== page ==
Persons with loans owing to offshore banks (financial entities not domiciled in the country) do not currently pay the 15 per cent remission tax because these banks pay a special tax of 125,000 dollars.
That will change if a bill to amend the Law of Central Bank Capitalization is passed by the Legislative Assembly.
Banking authorities want to discourage offshore loans because they are beyond the supervision and control of the Central Bank. They also want all borrowers to operate under the same conditions.
"The idea is to level the playing field," said Central Bank President Francisco Gutiérrez.
In the past two years, over $2 billion worth of financing for large enterprises in Guatemala has been provided by large Colombian banks.
The main participant is Bancolombia, which in 2010 and 2011 was involved in syndicated loans for over $1 billion, including the acquisition of Deorsa and Deocsa by Britain's Actis, the extension of Ingenio Magdalena and financing for Cementos Progreso and Cabcorp.
Central American banks accumulate $61.119 billion in assets, and 55% of its capital is of foreign origin
The blog "From Guatemala" publishes an analysis that describes the different degrees of internationalization of the banking systems of the region, from the Salvadorian banking system, where 95% of assets belong to foreign banks to the cases of the National Bank of Costa Rica and the Industrial de Guatemala, the largest banks of the isthmus, both based on local capital.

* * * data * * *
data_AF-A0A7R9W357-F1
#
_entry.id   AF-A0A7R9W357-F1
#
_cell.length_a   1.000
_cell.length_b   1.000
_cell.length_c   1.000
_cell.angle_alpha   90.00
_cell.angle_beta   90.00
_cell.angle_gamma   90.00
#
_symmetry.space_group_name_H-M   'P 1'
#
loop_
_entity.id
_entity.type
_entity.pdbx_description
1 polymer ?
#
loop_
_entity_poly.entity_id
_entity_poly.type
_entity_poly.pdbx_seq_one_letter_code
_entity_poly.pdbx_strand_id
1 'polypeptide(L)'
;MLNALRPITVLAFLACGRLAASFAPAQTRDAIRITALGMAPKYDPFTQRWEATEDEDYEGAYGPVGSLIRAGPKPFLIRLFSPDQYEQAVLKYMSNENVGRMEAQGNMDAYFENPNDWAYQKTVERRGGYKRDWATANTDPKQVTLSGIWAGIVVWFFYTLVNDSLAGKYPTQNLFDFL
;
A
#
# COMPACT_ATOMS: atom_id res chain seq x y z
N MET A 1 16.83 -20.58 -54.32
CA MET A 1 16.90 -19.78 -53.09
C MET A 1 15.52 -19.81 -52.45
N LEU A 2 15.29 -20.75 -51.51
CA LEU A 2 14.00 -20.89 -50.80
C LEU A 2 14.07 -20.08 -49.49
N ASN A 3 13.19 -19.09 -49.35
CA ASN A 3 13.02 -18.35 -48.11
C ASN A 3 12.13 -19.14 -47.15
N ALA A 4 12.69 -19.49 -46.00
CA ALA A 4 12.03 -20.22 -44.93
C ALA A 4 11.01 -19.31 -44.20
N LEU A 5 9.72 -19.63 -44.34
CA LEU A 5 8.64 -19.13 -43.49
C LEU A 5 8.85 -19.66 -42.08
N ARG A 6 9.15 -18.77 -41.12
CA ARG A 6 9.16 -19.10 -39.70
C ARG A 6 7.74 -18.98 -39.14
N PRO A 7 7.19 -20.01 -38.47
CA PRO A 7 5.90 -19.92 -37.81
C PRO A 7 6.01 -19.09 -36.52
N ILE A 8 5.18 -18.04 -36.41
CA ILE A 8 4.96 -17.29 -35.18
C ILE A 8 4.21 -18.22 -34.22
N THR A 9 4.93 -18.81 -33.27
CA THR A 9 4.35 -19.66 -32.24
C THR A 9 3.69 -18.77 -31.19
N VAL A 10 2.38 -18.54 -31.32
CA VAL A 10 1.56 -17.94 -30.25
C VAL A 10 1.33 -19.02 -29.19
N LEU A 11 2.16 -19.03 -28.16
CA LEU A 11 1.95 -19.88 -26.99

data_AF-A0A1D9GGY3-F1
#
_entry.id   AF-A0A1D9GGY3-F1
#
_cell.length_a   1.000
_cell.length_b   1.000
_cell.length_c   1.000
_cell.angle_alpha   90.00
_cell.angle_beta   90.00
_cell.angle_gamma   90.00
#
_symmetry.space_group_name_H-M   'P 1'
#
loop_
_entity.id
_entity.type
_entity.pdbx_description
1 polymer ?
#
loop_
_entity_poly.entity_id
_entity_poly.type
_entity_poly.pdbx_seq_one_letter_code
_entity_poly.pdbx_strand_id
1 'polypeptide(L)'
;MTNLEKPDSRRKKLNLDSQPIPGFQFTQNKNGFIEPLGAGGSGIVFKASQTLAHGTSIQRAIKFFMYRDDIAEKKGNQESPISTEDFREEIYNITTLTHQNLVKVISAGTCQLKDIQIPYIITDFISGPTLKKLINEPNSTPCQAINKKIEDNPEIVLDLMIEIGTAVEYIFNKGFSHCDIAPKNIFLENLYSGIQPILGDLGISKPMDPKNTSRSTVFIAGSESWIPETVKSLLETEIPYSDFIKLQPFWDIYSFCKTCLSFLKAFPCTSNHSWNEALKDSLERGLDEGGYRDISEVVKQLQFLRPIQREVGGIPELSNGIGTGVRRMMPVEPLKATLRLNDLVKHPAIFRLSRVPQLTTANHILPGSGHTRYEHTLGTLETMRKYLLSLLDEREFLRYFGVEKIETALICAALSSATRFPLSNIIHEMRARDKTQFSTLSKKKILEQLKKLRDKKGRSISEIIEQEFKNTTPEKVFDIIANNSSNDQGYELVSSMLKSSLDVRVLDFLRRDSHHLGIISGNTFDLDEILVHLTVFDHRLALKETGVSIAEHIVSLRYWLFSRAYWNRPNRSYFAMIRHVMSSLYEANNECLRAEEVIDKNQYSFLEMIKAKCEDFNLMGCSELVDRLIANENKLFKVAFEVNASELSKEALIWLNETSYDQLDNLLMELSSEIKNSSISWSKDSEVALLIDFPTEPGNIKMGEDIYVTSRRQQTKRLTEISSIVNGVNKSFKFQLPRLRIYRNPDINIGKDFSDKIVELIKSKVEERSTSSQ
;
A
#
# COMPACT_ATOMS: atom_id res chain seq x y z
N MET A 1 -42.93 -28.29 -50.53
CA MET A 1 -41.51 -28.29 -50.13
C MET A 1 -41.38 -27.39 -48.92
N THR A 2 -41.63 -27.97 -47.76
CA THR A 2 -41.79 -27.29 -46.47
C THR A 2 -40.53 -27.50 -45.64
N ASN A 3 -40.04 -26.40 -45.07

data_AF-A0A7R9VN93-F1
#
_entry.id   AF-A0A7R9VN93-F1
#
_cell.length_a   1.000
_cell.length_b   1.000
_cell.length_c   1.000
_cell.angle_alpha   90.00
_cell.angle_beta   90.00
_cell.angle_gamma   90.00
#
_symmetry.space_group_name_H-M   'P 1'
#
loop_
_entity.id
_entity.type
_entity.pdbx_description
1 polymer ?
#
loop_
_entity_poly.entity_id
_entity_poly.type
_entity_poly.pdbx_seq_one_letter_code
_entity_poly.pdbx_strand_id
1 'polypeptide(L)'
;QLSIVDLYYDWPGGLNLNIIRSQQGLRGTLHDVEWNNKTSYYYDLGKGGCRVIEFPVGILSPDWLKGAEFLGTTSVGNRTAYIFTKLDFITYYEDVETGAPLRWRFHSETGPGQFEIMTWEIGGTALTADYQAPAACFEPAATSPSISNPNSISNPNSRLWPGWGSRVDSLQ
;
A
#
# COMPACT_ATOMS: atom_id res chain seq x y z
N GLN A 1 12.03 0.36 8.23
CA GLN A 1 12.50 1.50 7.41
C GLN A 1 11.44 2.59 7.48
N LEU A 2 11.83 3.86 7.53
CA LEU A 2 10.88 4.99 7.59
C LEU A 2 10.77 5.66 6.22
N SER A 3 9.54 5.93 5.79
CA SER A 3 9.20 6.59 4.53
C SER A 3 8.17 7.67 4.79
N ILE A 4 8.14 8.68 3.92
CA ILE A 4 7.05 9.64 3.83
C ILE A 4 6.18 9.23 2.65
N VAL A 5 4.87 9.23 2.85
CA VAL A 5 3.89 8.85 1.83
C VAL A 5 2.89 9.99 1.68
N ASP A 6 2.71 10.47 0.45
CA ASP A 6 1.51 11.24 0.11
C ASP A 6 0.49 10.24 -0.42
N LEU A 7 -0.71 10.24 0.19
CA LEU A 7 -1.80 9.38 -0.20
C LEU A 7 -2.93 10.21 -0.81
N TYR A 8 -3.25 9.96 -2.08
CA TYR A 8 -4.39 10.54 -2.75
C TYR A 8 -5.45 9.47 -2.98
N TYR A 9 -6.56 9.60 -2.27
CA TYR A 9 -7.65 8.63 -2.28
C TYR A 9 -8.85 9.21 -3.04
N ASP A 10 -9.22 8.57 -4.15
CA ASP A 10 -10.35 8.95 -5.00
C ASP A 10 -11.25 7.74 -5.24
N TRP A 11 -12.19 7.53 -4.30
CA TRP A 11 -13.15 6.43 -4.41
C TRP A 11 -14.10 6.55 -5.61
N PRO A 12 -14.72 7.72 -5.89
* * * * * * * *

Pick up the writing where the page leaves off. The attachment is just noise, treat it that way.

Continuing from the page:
The assets of Central America's banks are growing by more than US$9 billion a year and the presence of foreign capital is growing in the sector.
At the end of last year, the total assets of the region's 76 banks came to US$58.8 billion, a 16.4 percent increase on 2006, and 47 of them were foreign controlled or had foreign participation in their capital.
Arguing an attempt to control credit growth in dollars, the Central Bank will apply a reserve limit of 15% to banks that receive lines of foreign funding in that currency.
The banking sector has opposed the measure, asserting that it will result in an increase in the cost of credit in dollars, affecting the business sector, especially exporters and importers who normally resort to credit lines in dollars to finance their operations abroad.
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